For Owner Danielle Resha, CrossFit 128 is Working Out
She captained her high school soccer team, played women’s semi-pro football for the Boston Militia and now, at the age of 21, she’s one of Wakefield’s youngest entrepreneurs.
“I’ve always been big into sports and fitness,” Resha says. She got into weight-lifting during her three years as a kicker, fullback and tailback with the Boston Militia, a women’s football team owned by Ernie Boch, Jr. While attending Suffolk University she decided to try out one of the CrossFit gyms in Boston. After she got certified as a coach, the gym hired her.
Resha realized that while CrossFit facilities were springing up all over, there wasn’t one in Wakefield yet.
“I figured it would be a good location and a good opportunity,” Resha says. “It all kind of fell together much faster than I had planned.”
She found out that starting up and running a business is never an easy task.
“It was a lot of work,” Resha admits as she sits on one of the exercise benches at her gym. “I didn’t know anything about running a business or how to go about this. One day, I drove by this building and saw the ‘For Rent’ sign and thought, ‘That would be an awesome CrossFit space.’”
She got some help from her family, Resha says, but none of them had ever run a business of this kind either. It took a lot of time and research to make it happen.
“It just seemed like the perfect time to do it,” she observes. “CrossFits are popping up everywhere.” She realized, “I have to do this now or the opportunity’s going to go.”
Resha explains that as long as you pay your affiliation fee every year, you can use the CrossFit name. It’s a decentralized network with each gym setting its own program. There may be variations in style from gym to gym, she says, but the fundamentals are the same.
“It’s safe to say that most of the gyms follow the CrossFit principals,” Resha notes.
CrossFit, she explains, “includes every single thing you’d get out of every other gym.” There’s weight-lifting, power-lifting, gymnastics, cardio and core fitness exercises. “Rather than take 10 different classes,” Resha says, “you can do it all here in an hour.”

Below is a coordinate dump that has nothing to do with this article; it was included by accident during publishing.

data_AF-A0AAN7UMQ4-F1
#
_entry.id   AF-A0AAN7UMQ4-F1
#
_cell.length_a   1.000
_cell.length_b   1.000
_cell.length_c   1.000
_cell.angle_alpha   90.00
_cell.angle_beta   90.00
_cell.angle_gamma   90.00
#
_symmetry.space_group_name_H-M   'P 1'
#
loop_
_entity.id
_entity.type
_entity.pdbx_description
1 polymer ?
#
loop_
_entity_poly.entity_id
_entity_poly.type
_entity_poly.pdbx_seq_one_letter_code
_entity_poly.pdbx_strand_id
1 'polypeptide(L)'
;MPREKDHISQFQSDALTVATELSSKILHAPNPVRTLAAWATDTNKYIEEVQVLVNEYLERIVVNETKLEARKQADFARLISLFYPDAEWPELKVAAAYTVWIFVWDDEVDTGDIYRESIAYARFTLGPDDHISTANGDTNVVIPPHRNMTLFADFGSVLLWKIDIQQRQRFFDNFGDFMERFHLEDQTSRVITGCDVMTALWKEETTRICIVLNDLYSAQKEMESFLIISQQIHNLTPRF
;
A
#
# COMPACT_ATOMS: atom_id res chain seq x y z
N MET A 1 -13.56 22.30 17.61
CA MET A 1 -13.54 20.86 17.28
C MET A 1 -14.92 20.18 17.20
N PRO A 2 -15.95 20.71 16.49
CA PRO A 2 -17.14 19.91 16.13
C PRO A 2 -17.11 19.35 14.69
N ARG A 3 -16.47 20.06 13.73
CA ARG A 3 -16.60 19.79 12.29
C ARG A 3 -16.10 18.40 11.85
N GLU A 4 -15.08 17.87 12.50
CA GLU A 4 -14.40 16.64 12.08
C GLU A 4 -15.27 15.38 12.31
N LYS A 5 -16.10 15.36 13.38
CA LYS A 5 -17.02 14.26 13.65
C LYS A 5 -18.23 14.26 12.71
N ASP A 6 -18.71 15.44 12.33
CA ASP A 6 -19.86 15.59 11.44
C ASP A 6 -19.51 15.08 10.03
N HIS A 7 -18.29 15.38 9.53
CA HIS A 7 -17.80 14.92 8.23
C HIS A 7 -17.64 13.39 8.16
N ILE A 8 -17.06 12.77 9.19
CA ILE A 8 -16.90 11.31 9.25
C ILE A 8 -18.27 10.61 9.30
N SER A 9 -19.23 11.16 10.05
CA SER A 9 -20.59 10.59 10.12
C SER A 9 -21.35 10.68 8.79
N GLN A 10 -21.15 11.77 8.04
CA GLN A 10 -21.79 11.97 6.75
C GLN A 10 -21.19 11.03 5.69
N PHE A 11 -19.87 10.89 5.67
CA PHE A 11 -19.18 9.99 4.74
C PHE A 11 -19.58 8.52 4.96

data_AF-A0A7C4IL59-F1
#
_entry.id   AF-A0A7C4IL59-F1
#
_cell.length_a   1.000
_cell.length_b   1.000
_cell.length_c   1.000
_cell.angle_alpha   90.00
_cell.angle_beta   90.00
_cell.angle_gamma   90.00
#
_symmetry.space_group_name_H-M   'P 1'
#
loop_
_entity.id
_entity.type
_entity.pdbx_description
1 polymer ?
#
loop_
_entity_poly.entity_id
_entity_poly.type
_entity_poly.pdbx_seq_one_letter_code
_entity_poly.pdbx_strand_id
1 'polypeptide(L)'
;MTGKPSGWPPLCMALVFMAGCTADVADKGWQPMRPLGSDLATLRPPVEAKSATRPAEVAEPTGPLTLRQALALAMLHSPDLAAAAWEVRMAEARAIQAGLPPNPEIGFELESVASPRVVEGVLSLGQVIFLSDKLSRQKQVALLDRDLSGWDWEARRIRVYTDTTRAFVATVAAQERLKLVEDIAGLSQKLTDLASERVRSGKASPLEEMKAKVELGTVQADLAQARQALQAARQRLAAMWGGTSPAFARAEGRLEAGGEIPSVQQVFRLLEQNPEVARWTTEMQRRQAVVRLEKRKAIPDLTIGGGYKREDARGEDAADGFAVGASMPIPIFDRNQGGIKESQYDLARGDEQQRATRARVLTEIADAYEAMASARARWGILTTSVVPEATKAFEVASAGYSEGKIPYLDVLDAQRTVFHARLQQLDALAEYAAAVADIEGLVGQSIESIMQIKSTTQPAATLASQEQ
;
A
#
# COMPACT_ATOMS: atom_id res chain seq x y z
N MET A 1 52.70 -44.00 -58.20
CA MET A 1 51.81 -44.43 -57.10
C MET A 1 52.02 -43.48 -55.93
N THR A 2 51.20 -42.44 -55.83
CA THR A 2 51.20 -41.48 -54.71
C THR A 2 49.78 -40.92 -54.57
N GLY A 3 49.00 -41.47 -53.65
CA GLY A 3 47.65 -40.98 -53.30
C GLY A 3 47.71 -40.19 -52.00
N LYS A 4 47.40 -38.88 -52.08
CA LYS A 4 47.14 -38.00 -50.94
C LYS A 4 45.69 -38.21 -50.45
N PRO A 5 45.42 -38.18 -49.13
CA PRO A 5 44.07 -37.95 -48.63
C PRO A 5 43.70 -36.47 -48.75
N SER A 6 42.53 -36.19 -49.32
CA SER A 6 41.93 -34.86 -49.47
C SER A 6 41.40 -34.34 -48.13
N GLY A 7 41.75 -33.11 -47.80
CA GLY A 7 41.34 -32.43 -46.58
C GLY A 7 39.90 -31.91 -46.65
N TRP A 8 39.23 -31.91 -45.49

Resha says that she and two other coaches at CrossFit 128 lead three classes a day – morning, noon and night. The gym’s growing membership is currently about 50 and is evenly split between men and women.
Resha points to a sense of community at CrossFit gyms that you don’t get at other fitness facilities.
“At most gyms, they’d have no idea who you are,” Resha says. “Here it’s very individualized. I know all of my members. I know where they live and what they do for work. The biggest thing is the community we have here. We make friends. We hang out.”
She says that the sense of community serves as an incentive for members to keep coming because people will notice if you miss a class. “You get held accountable,” she adds. There are also regional events that athletes can enter and compete against other athletes.
“There’s no max or minimum,” she stresses. “You just make it fit with your schedule.” Also, you can take any class throughout the day, so you don’t have to commit to the same time every day.
The CrossFit program can also be scaled to any level. “I can have someone walk in that first day and be working out next to someone who has been doing it for four or five years,” Resha observes. People can push each other, she says, and they often want to catch up to the more advanced athletes.
Resha says that most people come to CrossFit 128 because they want to lose weight and get stronger. She tells people not to worry too much about a number on a scale, assuring them that they will look and feel a lot better.
Getting stronger is the goal of a lot of the men in CrossFit, Resha says, but even some of the women who came in at first with the goal of losing weight are now “all about getting stronger.”
“We give you the tools to improve your diet,” she says. “It’s up to you how much you want to put into that aspect.” In this area, she observes, the camaraderie component of CrossFit once again comes into play.
“When people get involved here they just start eating better because everybody else is,” Resha says.
Like anyone starting out in business, Resha has had to make some sacrifices. She put other things, including college, on hold.
[This story originally appeared in the January 7, 2015 Wakefield Daily Item.]
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